In a recent online profile via San Francisco public TV, Anthony Bedard, long time booker for the show venue the Hemlock Tavern, was asked about the viability of the location given the city's now widely known if not notorious transformation into a symbol of income division. Acknowledging other citywide transformations with the paraphrased comment "once those places are gone, they're rarely replaced," he noted they had a lease through 2021, then added "At that point, will the owners decide not to renew our lease? That could happen."

Comparing the potentially uncertain fate of the Hemlock, a small if thriving and well-loved club, to the grimmer and more immediate fate of the Arches in Glasgow might seem untoward. Certainly the anger and shock over the latter's license revocation and its overall organization going into administration, driven as it was not by increased rents but -- supposedly -- by concerns over drug use is its own nexus of issues, and the tangled history of official Glasgow towards its venues and its nightlife has run for decades. Kieran Hurley's blast against the Arches' license revocation, one of many to be found, summed it up as "a ridiculous and short-sighted decision on the part of the council, that makes vulnerable people unsafe, potentially destroys jobs, and does catastrophic damage to the cultural life of Glasgow, Scotland and the rest of the UK." The Scotsman's Joyce McMillan put the overall winding up simply on Twitter as "cultural vandalism."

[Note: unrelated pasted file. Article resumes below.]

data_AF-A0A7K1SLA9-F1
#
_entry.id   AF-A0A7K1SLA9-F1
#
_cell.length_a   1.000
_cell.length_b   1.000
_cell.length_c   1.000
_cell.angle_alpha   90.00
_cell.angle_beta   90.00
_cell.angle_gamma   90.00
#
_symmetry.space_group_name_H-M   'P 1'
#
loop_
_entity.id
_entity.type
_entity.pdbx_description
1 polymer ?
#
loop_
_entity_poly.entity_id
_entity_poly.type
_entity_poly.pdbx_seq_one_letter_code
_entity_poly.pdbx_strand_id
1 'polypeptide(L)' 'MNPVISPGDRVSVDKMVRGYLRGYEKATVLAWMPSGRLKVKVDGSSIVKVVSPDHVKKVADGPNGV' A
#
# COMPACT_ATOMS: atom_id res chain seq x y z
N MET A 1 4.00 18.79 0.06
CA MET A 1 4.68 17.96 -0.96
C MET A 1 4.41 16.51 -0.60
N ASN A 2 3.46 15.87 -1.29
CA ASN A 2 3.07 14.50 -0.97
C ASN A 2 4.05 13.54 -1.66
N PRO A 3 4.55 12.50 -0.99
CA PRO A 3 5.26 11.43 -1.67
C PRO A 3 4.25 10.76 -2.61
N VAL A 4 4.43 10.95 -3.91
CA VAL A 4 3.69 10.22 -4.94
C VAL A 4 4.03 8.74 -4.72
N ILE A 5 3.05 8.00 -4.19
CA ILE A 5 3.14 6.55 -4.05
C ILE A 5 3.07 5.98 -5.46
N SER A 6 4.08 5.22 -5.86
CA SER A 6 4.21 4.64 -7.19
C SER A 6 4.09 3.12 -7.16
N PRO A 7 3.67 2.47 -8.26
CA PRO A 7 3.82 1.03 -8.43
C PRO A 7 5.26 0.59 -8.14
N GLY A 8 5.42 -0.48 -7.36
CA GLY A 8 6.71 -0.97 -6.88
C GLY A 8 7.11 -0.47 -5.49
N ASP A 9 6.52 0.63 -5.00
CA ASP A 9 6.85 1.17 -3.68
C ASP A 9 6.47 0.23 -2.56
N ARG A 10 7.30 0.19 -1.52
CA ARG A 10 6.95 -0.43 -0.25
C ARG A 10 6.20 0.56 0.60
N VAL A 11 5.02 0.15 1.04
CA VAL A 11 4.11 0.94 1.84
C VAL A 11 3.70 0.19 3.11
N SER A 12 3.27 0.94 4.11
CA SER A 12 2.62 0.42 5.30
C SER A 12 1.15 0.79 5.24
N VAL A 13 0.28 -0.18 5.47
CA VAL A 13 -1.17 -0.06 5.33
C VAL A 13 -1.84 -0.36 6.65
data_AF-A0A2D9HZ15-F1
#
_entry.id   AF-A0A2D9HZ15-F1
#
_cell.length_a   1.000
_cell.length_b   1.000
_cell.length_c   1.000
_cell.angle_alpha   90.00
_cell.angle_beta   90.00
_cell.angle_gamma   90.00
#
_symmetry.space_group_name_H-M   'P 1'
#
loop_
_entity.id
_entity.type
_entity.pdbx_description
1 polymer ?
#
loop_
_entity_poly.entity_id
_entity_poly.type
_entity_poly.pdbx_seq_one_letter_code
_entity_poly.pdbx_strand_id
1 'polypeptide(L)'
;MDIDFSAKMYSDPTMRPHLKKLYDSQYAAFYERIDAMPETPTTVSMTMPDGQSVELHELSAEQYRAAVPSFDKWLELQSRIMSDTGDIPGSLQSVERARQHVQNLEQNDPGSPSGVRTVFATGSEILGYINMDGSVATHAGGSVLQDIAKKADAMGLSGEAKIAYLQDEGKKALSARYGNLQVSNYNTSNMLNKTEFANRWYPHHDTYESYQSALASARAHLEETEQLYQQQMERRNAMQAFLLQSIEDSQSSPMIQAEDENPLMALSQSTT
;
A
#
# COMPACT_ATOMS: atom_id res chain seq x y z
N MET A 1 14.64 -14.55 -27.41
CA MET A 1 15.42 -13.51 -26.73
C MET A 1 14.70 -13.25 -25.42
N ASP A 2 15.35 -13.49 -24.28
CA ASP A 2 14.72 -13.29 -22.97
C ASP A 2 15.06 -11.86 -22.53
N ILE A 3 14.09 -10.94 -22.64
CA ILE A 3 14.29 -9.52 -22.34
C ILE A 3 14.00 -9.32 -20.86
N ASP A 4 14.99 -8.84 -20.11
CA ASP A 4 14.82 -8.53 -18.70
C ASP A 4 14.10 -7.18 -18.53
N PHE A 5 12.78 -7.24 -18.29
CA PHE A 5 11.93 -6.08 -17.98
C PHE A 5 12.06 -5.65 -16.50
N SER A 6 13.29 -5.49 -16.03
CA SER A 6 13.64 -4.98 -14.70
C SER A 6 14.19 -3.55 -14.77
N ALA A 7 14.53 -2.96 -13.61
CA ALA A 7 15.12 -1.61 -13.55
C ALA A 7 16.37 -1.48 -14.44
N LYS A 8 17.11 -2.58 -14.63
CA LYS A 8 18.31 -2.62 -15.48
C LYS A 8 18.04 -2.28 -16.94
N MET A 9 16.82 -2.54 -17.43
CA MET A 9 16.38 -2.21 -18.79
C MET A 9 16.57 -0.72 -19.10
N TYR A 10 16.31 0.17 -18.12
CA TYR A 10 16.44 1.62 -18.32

If there's a common thread to be found between Bedard's concern for the future and the much more blunt reality in Glasgow, though, then it does lie in the sense of official and civic toleration of spaces that aren't seen to be as 'productive', in a broad sense, than others might be. Where art can't be readily as quantified as something else, the old dilemma again raises its head. London's own rolling wave of cleaned out spaces, as well as New York's, bears a more direct connection to the Hemlock's own potential fate, but in all cases the sense remains the same that something which can be a space for people to gather, enjoy themselves, experience something, maybe get a little hazy around the corners finds itself under threat. 'Twas ever thus, some may say, but right now it doesn't feel like history needs to be applied or referenced to when it comes to thinking something's gone awry.

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"Cut them off, deny people access, and what is achieved? Tie everything down, scrub everything up, and so much withers on the vine as we shelter in place."